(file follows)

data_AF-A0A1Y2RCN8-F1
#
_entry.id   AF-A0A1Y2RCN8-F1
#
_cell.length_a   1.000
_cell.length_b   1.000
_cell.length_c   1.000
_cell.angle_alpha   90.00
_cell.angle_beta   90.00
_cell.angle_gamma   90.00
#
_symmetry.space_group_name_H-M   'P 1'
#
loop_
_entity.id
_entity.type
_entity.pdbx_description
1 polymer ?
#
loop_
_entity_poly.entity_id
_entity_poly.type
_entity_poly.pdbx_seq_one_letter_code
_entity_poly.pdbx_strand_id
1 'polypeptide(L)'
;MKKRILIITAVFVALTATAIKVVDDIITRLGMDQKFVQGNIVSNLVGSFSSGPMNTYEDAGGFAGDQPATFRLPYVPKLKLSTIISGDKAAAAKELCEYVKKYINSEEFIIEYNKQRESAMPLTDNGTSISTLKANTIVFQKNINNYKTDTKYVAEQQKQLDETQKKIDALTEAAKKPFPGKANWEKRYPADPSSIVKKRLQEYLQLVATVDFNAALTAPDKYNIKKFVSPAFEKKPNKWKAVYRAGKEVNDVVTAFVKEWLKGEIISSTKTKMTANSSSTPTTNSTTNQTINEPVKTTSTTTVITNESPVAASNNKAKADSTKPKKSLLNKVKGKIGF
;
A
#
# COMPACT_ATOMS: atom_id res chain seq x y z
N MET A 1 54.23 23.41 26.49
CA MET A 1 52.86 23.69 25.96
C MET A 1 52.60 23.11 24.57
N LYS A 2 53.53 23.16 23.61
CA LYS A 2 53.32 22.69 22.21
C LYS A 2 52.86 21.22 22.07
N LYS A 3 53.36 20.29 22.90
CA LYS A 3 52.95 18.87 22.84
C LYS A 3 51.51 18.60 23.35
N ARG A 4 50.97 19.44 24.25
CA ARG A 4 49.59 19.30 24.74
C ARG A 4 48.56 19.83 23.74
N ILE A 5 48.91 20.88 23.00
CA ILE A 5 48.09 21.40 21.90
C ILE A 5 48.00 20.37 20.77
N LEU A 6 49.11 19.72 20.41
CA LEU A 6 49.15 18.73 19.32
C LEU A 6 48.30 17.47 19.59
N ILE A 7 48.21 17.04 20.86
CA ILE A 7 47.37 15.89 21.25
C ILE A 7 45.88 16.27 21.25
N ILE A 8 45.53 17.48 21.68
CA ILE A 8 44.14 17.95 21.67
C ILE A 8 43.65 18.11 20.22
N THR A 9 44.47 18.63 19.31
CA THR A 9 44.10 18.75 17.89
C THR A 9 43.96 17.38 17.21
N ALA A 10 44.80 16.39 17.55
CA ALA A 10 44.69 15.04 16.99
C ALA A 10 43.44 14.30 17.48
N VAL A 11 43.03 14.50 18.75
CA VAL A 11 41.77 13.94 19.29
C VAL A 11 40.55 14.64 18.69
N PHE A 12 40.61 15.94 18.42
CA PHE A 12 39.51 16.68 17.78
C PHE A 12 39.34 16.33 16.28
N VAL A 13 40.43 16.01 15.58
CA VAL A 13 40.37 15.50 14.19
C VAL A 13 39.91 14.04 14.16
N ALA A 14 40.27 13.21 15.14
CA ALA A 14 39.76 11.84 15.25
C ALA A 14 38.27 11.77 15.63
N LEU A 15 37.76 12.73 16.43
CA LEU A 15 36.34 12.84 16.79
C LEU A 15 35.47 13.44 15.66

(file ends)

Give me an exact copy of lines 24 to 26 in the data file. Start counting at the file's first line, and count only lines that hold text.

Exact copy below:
_entity_poly.pdbx_strand_id
1 'polypeptide(L)'
;MKKRILIITAVFVALTATAIKVVDDIITRLGMDQKFVQGNIVSNLVGSFSSGPMNTYEDAGGFAGDQPATFRLPYVPKLKLSTIISGDKAAAAKELCEYVKKYINSEEFIIEYNKQRESAMPLTDNGTSISTLKANTIVFQKNINNYKTDTKYVAEQQKQLDETQKKIDALTEAAKKPFPGKANWEKRYPADPSSIVKKRLQEYLQLVATVDFNAALTAPDKYNIKKFVSPAFEKKPNKWKAVYRAGKEVNDVVTAFVKEWLKGEIISSTKTKMTANSSSTPTTNSTTNQTINEPVKTTSTTTVITNESPVAASNNKAKADSTKPKKSLLNKVKGKIGF